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Laby, Jean Elizabeth (1915 - 2008)

Born
1915
Died
2008
Occupation
Physicist

Summary

Jean Laby was the first women to be awarded a PhD in Physics from the University of Melbourne. She combined a lectureship in the Department of Physics with a senior lectureship in the RAAF Academy at Point Cook, Victoria. Jean was the only women on staff at the Academy.

Jean was inducted to the Victorian Honour Roll of Women in 2009.

Details

Jean Elizabeth Laby not only spent all of a long and distinguished working life at the University of Melbourne; she spent much of her childhood there as well. Her career was one of firsts. From 1927 to 1943 her father, the Professor of Physics Thomas Laby (1880-1946), occupied the house at the Grattan Street end of Professors' Walk known as 'Towcett', which was later occupied by Professor Amies.[1] Apart from her school years at Melbourne Church of England Girls' Grammar School her education was at Melbourne University. She took her BSc in 1939 and MSc, with a thesis on her investigations for the war-time Optical Munitions Panel on the thermal conductivity of water, in 1951.[2] Her PhD thesis, produced as part of her work with Victor Hopper on atmospheric winds and cosmic rays at balloon altitudes, was awarded in 1959.[3] She was the first woman to be awarded a PhD in Physics from the University of Melbourne.

In an interview recorded for the Australian Academy of Science, Jean Laby noted that living in the grounds was as convenient for herself and her sister as undergraduates as it was for her father as Professor and recalled night-time visits to his Department and the embarrassment of attending his lectures. The outbreak of war meant that instead of taking a position in the Bureau of Meteorology, she took one as part-time Demonstrator in the Department of Natural Philosophy.[4]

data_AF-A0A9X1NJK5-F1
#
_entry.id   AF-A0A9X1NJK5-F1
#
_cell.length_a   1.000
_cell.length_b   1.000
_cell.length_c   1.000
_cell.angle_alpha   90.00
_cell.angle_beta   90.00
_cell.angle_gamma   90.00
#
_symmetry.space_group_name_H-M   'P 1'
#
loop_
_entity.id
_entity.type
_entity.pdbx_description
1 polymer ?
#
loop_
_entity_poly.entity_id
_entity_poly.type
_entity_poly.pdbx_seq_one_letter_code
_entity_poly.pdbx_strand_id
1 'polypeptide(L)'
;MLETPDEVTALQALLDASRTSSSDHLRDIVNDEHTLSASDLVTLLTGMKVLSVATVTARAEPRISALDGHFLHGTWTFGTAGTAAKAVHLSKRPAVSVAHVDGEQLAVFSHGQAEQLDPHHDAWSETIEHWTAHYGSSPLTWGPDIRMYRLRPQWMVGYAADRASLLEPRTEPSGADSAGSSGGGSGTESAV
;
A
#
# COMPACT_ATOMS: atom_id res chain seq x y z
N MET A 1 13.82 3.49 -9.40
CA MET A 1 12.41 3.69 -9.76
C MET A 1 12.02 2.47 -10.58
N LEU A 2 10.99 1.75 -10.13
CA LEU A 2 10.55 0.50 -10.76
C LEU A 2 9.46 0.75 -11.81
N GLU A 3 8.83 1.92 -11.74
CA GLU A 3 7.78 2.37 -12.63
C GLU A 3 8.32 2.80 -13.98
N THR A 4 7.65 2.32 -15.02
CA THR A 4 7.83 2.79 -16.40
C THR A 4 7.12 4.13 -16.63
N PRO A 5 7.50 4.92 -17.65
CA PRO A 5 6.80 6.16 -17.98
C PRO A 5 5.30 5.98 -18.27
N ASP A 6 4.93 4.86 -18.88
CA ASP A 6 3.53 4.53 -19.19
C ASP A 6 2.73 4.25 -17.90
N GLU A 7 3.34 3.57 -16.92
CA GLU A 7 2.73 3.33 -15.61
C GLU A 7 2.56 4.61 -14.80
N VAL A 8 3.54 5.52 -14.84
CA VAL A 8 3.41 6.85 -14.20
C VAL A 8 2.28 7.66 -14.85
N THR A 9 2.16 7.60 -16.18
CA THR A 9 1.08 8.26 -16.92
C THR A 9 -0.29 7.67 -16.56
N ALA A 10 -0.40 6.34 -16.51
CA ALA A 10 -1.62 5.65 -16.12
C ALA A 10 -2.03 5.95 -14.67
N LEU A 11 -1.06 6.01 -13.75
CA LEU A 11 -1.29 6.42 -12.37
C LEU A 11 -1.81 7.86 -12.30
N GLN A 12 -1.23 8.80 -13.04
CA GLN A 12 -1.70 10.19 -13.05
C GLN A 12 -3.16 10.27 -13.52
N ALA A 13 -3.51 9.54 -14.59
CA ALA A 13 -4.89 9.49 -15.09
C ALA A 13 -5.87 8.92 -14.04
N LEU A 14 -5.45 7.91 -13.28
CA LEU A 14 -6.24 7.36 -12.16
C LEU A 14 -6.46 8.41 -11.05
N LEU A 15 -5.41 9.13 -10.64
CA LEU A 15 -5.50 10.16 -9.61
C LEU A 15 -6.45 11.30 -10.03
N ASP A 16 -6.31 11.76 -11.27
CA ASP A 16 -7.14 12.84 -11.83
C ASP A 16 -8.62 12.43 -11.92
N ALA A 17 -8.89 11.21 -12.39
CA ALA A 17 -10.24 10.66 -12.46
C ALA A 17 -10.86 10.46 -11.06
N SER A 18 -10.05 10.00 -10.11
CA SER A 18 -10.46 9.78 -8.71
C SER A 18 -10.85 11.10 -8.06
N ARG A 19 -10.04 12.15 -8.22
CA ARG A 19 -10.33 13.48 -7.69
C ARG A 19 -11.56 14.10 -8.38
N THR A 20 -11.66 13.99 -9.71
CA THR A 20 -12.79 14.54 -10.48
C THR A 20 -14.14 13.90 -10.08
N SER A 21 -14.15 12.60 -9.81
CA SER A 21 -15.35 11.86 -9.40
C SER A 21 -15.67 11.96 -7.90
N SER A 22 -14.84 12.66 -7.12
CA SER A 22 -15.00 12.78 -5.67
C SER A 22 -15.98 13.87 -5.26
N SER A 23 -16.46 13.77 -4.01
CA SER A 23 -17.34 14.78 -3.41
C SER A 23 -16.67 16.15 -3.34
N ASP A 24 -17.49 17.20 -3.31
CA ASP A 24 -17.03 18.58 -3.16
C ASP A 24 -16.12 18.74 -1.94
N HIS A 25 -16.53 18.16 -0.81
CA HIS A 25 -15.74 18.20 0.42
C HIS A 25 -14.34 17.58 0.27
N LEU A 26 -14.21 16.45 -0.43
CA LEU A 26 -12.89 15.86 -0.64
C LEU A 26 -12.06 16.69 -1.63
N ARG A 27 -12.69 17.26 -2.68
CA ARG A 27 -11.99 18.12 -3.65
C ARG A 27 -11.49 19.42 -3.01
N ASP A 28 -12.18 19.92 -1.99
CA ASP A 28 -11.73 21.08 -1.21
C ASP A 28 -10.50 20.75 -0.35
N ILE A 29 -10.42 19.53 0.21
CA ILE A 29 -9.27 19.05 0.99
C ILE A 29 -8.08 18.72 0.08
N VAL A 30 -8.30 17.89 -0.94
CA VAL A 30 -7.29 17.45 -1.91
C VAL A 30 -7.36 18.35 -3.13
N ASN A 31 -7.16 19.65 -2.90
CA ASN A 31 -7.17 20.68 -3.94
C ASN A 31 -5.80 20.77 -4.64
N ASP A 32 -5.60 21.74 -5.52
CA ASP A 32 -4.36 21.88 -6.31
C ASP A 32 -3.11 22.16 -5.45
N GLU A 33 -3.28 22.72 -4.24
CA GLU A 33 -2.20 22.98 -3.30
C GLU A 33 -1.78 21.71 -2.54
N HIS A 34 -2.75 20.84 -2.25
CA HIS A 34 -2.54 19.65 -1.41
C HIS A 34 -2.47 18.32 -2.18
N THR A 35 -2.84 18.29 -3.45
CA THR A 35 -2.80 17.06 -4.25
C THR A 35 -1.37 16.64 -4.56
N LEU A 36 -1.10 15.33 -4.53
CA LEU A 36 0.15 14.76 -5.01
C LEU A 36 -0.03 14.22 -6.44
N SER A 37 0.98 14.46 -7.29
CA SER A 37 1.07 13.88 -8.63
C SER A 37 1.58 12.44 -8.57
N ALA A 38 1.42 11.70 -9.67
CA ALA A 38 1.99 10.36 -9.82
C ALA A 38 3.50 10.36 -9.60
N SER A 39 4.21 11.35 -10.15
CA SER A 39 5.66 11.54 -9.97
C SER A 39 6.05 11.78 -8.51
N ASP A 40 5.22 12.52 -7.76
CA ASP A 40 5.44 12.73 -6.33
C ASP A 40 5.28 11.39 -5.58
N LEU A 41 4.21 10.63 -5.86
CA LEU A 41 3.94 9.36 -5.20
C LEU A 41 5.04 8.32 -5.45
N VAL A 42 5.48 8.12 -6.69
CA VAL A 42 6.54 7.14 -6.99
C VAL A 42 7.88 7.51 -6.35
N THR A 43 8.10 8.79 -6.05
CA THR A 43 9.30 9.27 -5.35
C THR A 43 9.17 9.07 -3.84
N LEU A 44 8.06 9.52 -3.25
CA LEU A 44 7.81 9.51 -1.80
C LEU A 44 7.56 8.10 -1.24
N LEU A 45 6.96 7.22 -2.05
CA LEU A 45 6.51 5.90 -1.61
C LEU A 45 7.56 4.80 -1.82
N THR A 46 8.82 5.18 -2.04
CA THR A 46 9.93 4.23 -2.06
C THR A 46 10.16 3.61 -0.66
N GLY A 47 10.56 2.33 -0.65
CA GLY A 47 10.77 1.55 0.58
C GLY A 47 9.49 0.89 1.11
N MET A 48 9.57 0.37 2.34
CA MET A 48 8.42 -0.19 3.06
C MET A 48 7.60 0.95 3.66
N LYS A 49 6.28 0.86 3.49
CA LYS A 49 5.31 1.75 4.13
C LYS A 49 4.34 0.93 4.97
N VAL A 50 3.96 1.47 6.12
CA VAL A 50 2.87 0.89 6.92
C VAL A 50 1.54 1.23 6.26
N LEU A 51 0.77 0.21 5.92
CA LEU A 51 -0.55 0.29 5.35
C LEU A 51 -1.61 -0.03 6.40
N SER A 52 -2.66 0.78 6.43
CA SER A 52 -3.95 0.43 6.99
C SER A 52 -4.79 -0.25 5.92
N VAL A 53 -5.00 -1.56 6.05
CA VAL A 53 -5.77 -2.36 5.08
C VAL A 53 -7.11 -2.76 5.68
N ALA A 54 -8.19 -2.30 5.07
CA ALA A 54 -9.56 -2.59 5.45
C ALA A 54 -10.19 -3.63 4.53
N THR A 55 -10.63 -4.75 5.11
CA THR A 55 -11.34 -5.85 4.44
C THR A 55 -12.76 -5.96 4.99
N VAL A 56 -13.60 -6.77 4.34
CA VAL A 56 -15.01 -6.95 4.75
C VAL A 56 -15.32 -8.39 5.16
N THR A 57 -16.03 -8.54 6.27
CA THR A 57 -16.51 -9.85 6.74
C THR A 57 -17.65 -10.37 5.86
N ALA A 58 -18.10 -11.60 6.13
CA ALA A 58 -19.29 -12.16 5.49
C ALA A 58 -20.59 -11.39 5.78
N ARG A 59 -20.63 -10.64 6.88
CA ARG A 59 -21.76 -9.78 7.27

Jean Laby combined a lectureship in the Department of Physics with a senior lectureship in the RAAF Academy at Point Cook, Victoria, the functions of which were later assumed by the Australian Defence Force Academy in Canberra. Her colleague Victor Hopper was the inaugural professor of physics and dean of university studies at the Academy and Jean Laby was the only woman on the staff. Her research included radar meteorology and balloon-borne cameras as well as cosmic radiation measurements. In collaboration with the University of Wyoming, as part of the Climatic Impact Assessment Program from 1972 to 1980, she measured atmospheric aerosols, ozone and water vapour in the stratosphere. The work involved sending balloons up to 30 kilometres above the Earth.

Jean Laby was inducted to the Victorian Honour Roll of Women in 2009.

[1] Physics was originally known as Natural Philosophy.

[2] Jean E. Laby. The Thermal Conductivity of Water and Some Measurements with Other Liquids. Thesis (MSc). University of Melbourne, Department of Science, 1951.

[3] Jean E. Laby. Atmospheric Winds and Cosmic Rays at Balloon Altitudes. Thesis (PhD). University of Melbourne, Office of Research, 1959.

[4] Jean Laby interviewed by Nessy Allen in 2000 as part of the Australian Academy of Science Interviews with Australian Scientists. https://www.science.org.au/learning/general-audience/history/interviews-australian-scientists/dr-jean-laby-1915-2008-physicist

Sources used to compile this entry: Flesch, Juliet, 40 Years 40 Women: Biographies of University of Melbourne Women, Published to Commemorate the 40th Anniversary of the International Year of Women, The University of Melbourne Library, 2015;

This entry is reproduced in its entirety from 40 Years 40 Women: Biographies of University of Melbourne Women with permission of Juliet Flesch and The University of Melbourne Library. Copyright remains with the author and the University of Melbourne, 2015.

Juliet Flesch

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